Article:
An exceptional--some would even say glorious--vocal instrument, a number of technical inconsistencies and an undeveloped interpretive sense characterize the singing of Alessandra Marc. The young soprano made a local recital debut on the Gold Medal series at the Ambassador Auditorium on Monday night.
In what looked on the page like a short program, but one she somehow drew out in length, Marc laid claim to dramatic-soprano territory she may in time conquer. She also exposed some of her vocal shortcomings. In the process, however, she certainly entertained a large and fascinated crowd of voice-fanciers.
Most of the time, Marc’s soprano is opulent, resonant and attractive. Her voice is as ample as her physique. Yet that voice is not even in scale or dynamics; its lowest octave apparently remains green and undeveloped, and, aside from its basic and pleasing ring, it does not contain at this time many colors.
The singer--who makes her Metropolitan Opera debut next season as Aida--might overcome or disguise her deficiencies with artful word-coloration, or other textual nuance, or an urgent musicality, or a dramatic temperament.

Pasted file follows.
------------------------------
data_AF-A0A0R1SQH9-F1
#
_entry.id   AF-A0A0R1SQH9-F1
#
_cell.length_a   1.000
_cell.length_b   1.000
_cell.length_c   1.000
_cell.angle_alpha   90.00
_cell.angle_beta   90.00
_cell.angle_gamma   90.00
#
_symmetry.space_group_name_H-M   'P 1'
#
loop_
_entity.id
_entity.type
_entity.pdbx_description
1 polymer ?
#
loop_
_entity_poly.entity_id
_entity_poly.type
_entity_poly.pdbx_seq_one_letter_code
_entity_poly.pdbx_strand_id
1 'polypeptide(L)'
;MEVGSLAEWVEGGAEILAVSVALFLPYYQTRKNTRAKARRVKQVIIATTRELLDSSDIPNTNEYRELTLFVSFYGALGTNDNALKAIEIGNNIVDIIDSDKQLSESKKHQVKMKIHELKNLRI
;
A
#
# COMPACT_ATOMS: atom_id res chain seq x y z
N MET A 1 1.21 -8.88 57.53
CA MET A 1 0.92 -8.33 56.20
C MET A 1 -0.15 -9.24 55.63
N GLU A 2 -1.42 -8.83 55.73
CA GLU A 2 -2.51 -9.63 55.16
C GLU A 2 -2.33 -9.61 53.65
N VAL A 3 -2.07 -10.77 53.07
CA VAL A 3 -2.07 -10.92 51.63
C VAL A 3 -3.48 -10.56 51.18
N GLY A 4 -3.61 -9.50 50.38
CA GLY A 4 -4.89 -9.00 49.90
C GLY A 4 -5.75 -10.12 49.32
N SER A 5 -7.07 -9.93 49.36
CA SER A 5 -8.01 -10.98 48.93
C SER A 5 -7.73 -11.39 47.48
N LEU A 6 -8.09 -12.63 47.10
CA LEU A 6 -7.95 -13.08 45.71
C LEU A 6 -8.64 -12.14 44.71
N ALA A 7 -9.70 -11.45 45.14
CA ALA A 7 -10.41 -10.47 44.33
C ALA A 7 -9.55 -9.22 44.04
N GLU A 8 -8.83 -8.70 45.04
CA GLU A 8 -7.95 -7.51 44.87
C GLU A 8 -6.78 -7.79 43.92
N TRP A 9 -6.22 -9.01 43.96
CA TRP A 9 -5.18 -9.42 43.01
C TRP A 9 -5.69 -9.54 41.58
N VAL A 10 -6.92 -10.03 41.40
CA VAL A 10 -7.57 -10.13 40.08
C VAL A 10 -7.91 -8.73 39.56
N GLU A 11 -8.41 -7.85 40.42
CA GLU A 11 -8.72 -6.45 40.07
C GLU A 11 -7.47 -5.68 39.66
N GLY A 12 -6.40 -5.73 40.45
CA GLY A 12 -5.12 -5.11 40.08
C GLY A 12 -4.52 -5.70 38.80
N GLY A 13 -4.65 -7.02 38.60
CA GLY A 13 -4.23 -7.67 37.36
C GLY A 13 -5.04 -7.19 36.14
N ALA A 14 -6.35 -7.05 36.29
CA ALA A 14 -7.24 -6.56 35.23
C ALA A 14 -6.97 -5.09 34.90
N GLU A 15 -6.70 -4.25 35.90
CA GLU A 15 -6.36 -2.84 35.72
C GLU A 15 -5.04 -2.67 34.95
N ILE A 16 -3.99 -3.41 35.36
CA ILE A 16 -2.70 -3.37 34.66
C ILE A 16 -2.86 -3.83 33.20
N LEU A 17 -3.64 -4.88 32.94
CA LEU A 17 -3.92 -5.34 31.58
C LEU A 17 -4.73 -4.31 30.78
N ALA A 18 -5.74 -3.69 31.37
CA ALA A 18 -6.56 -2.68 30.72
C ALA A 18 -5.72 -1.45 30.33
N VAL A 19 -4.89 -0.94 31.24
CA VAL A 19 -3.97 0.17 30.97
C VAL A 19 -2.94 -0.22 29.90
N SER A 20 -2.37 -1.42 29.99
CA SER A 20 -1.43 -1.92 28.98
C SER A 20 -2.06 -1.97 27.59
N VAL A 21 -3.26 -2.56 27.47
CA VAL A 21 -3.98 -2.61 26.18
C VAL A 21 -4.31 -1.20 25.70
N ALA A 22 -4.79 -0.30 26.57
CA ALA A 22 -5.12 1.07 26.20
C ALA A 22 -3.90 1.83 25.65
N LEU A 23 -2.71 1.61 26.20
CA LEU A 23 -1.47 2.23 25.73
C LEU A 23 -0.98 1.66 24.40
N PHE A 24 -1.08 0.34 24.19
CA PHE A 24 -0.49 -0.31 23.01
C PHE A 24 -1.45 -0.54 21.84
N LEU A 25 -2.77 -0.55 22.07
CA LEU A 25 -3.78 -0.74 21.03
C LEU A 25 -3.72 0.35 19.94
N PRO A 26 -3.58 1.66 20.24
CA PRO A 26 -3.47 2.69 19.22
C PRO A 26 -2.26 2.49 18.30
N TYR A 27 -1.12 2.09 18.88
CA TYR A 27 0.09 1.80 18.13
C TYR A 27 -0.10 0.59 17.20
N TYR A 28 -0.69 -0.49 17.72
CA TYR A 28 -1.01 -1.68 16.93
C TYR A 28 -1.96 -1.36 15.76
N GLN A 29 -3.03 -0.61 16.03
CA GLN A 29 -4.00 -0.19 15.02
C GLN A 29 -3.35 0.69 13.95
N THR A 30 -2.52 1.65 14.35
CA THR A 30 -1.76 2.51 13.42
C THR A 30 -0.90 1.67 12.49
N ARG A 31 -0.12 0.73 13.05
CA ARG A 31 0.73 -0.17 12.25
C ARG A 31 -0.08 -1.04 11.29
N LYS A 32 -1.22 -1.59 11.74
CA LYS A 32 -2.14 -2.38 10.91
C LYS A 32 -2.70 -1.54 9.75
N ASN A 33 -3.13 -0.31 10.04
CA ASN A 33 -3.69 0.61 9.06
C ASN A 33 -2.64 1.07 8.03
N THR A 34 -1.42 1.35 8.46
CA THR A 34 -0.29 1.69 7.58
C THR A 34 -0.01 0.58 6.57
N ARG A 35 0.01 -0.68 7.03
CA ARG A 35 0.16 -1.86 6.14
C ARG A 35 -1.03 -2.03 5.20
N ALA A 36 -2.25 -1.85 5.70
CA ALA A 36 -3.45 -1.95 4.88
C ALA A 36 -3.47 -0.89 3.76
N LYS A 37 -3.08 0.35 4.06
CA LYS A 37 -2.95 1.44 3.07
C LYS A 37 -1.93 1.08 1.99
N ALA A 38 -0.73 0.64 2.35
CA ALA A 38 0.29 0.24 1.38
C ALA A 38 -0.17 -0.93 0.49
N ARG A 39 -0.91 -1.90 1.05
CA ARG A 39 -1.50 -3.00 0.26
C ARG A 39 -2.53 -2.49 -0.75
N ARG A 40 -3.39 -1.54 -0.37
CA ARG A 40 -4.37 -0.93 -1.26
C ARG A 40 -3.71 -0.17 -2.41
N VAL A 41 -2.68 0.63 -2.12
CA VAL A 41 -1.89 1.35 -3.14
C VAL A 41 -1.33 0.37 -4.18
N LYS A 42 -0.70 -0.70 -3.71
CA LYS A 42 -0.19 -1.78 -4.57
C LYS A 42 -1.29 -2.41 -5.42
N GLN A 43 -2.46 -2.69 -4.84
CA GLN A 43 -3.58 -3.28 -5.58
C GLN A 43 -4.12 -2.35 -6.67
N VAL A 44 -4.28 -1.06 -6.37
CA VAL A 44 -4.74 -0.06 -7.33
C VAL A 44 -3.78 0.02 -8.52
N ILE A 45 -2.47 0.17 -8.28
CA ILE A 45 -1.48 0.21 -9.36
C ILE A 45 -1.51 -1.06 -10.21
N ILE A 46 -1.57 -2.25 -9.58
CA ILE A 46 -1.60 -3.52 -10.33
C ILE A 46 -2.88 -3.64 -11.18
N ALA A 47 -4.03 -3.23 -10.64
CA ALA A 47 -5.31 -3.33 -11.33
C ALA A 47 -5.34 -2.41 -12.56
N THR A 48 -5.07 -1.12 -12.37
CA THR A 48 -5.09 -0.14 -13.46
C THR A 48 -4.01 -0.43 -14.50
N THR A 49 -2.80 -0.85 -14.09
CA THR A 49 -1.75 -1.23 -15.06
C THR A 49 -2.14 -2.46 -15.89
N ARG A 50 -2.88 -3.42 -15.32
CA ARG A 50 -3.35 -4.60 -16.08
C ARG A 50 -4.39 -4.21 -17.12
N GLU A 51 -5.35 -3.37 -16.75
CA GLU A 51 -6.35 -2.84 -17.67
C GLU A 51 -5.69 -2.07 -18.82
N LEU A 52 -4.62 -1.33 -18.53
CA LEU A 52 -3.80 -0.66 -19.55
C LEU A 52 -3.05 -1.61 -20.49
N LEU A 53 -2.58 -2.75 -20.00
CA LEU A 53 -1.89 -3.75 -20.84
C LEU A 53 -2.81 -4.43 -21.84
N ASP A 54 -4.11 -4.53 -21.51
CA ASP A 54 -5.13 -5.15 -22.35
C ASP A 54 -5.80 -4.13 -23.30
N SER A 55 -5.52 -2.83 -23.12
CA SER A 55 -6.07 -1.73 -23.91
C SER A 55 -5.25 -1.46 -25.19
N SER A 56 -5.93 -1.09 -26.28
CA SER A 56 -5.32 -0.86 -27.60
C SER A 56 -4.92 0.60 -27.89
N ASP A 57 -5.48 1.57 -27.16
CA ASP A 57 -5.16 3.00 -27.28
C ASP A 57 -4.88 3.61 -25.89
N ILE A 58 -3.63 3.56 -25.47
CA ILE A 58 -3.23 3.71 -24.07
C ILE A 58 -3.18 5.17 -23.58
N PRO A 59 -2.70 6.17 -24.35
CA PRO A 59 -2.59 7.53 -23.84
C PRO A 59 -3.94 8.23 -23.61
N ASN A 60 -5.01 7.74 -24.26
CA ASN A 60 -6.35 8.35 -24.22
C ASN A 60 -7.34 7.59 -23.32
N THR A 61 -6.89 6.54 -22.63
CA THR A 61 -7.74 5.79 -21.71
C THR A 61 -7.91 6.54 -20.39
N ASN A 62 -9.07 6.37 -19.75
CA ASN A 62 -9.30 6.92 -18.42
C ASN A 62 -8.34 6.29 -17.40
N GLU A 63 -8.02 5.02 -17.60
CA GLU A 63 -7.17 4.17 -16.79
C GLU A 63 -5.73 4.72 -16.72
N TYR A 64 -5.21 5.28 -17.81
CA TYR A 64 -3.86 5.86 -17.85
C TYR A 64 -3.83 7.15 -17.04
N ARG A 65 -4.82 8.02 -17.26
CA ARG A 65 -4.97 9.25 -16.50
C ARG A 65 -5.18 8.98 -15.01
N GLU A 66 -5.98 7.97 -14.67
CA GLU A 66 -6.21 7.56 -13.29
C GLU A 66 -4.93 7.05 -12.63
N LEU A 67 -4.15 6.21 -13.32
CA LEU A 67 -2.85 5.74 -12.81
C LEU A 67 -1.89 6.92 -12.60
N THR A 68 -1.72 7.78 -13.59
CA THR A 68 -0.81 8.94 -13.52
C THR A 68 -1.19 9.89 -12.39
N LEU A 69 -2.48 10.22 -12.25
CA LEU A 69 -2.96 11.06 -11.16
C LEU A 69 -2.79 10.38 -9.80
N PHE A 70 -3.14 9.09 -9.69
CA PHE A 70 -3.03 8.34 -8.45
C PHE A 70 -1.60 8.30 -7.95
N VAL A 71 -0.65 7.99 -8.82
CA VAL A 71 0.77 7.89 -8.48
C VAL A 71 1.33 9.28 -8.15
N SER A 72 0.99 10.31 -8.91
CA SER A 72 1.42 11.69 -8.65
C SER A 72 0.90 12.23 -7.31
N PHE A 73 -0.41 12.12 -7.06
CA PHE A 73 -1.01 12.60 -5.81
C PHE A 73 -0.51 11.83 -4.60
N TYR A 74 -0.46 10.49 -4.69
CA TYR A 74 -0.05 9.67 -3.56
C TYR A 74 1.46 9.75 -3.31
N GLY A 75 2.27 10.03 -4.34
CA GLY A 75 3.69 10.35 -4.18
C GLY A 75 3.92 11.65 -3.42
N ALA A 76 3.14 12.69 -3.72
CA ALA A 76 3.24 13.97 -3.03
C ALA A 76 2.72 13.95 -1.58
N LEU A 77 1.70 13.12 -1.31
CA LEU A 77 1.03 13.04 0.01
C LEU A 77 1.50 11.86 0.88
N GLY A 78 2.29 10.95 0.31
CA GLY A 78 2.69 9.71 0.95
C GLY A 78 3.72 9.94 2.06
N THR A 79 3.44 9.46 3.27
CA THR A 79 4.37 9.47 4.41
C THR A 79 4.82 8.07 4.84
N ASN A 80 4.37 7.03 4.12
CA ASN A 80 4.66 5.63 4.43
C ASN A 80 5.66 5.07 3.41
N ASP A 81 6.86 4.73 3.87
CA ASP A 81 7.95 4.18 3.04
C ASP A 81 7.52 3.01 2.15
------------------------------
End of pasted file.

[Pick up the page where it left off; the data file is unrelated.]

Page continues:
But no. These are resources beyond her present state.
With the undistinguished, sometimes pushy, partnership of pianist Steven Eldredge, Marc offered an agenda of arias from “Giulio Cesare,” “Dido and Aeneas,” “La Forza del Destino” and “Turandot,” plus lieder by Brahms and Richard Strauss, that surveyed familiar repertory without defining, delineating or illuminating it.
Except that many notes, even many phrases, emerged gorgeous in sound, there was not a lot to cherish here. Lugubrious, rather than expansive, tempos marked the lieder groups. A limited dynamic scheme never became generous. Through choppy phrasing and general inattention, the singer seldom achieved the longer musical (Brahmsian or Straussian or Verdian) line.
What Marc sang best was “In questa reggia,” for which her clarion sound seems ideal. But even here were disappointments. On the final page, Marc failed to generate full power and energy on the high B’s and C, where they are most needed.
Three encores followed: Hugo Wolf’s “Auch kleine Dinge,” and arias from Catalani’s “La Wally,” and Lehar’s “Paganini.”